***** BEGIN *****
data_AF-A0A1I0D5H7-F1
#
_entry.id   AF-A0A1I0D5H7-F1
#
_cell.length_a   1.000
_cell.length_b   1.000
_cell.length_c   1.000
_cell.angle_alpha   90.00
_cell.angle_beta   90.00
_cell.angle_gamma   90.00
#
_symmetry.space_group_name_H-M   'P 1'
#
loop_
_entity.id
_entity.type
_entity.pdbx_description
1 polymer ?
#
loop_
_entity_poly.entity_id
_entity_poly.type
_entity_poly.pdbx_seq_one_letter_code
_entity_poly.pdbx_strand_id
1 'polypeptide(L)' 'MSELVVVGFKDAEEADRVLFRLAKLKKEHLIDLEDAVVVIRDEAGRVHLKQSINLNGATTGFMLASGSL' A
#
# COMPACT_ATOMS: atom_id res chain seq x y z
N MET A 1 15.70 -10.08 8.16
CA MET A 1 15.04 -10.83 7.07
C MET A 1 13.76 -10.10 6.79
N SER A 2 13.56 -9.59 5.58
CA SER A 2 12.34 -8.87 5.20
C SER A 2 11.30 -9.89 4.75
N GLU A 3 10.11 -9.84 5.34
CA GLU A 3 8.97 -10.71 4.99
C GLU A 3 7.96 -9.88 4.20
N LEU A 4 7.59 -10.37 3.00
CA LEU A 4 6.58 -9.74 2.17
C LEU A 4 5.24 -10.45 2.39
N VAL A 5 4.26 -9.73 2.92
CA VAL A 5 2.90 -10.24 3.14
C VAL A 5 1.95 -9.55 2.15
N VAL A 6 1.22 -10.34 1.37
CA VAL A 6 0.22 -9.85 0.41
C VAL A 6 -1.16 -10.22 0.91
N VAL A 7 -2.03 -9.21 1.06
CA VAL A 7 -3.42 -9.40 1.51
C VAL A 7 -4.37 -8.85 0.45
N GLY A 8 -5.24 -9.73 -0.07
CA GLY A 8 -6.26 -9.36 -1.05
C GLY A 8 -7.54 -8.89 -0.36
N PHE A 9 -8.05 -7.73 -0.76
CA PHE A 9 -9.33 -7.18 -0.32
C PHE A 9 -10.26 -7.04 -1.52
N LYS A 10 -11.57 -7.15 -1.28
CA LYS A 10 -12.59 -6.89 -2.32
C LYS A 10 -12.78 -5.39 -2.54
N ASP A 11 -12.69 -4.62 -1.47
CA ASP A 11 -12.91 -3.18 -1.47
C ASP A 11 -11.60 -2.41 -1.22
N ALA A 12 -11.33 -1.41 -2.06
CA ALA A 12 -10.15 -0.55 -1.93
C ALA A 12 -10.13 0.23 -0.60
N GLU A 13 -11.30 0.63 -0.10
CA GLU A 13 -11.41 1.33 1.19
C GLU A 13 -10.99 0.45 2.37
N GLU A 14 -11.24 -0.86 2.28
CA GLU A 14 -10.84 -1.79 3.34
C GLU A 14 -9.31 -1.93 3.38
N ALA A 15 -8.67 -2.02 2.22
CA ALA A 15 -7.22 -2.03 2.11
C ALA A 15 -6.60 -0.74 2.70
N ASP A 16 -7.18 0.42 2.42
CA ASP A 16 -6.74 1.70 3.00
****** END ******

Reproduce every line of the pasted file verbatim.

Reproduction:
data_AF-A0A1I0D5H7-F1
#
_entry.id   AF-A0A1I0D5H7-F1
#
_cell.length_a   1.000
_cell.length_b   1.000
_cell.length_c   1.000
_cell.angle_alpha   90.00
_cell.angle_beta   90.00
_cell.angle_gamma   90.00
#
_symmetry.space_group_name_H-M   'P 1'
#
loop_
_entity.id
_entity.type
_entity.pdbx_description
1 polymer ?
#
loop_
_entity_poly.entity_id
_entity_poly.type
_entity_poly.pdbx_seq_one_letter_code
_entity_poly.pdbx_strand_id
1 'polypeptide(L)' 'MSELVVVGFKDAEEADRVLFRLAKLKKEHLIDLEDAVVVIRDEAGRVHLKQSINLNGATTGFMLASGSL' A
#
# COMPACT_ATOMS: atom_id res chain seq x y z
N MET A 1 15.70 -10.08 8.16
CA MET A 1 15.04 -10.83 7.07
C MET A 1 13.76 -10.10 6.79
N SER A 2 13.56 -9.59 5.58
CA SER A 2 12.34 -8.87 5.20
C SER A 2 11.30 -9.89 4.75
N GLU A 3 10.11 -9.84 5.34
CA GLU A 3 8.97 -10.71 4.99
C GLU A 3 7.96 -9.88 4.20
N LEU A 4 7.59 -10.37 3.00
CA LEU A 4 6.58 -9.74 2.17
C LEU A 4 5.24 -10.45 2.39
N VAL A 5 4.26 -9.73 2.92
CA VAL A 5 2.90 -10.24 3.14
C VAL A 5 1.95 -9.55 2.15
N VAL A 6 1.22 -10.34 1.37
CA VAL A 6 0.22 -9.85 0.41
C VAL A 6 -1.16 -10.22 0.91
N VAL A 7 -2.03 -9.21 1.06
CA VAL A 7 -3.42 -9.40 1.51
C VAL A 7 -4.37 -8.85 0.45
N GLY A 8 -5.24 -9.73 -0.07
CA GLY A 8 -6.26 -9.36 -1.05
C GLY A 8 -7.54 -8.89 -0.36
N PHE A 9 -8.05 -7.73 -0.76
CA PHE A 9 -9.33 -7.18 -0.32
C PHE A 9 -10.26 -7.04 -1.52
N LYS A 10 -11.57 -7.15 -1.28
CA LYS A 10 -12.59 -6.89 -2.32
C LYS A 10 -12.78 -5.39 -2.54
N ASP A 11 -12.69 -4.62 -1.47
CA ASP A 11 -12.91 -3.18 -1.47
C ASP A 11 -11.60 -2.41 -1.22
N ALA A 12 -11.33 -1.41 -2.06
CA ALA A 12 -10.15 -0.55 -1.93
C ALA A 12 -10.13 0.23 -0.60
N GLU A 13 -11.30 0.63 -0.10
CA GLU A 13 -11.41 1.33 1.19
C GLU A 13 -10.99 0.45 2.37
N GLU A 14 -11.24 -0.86 2.28
CA GLU A 14 -10.84 -1.79 3.34
C GLU A 14 -9.31 -1.93 3.38
N ALA A 15 -8.67 -2.02 2.22
CA ALA A 15 -7.22 -2.03 2.11
C ALA A 15 -6.60 -0.74 2.70
N ASP A 16 -7.18 0.42 2.42
CA ASP A 16 -6.74 1.70 3.00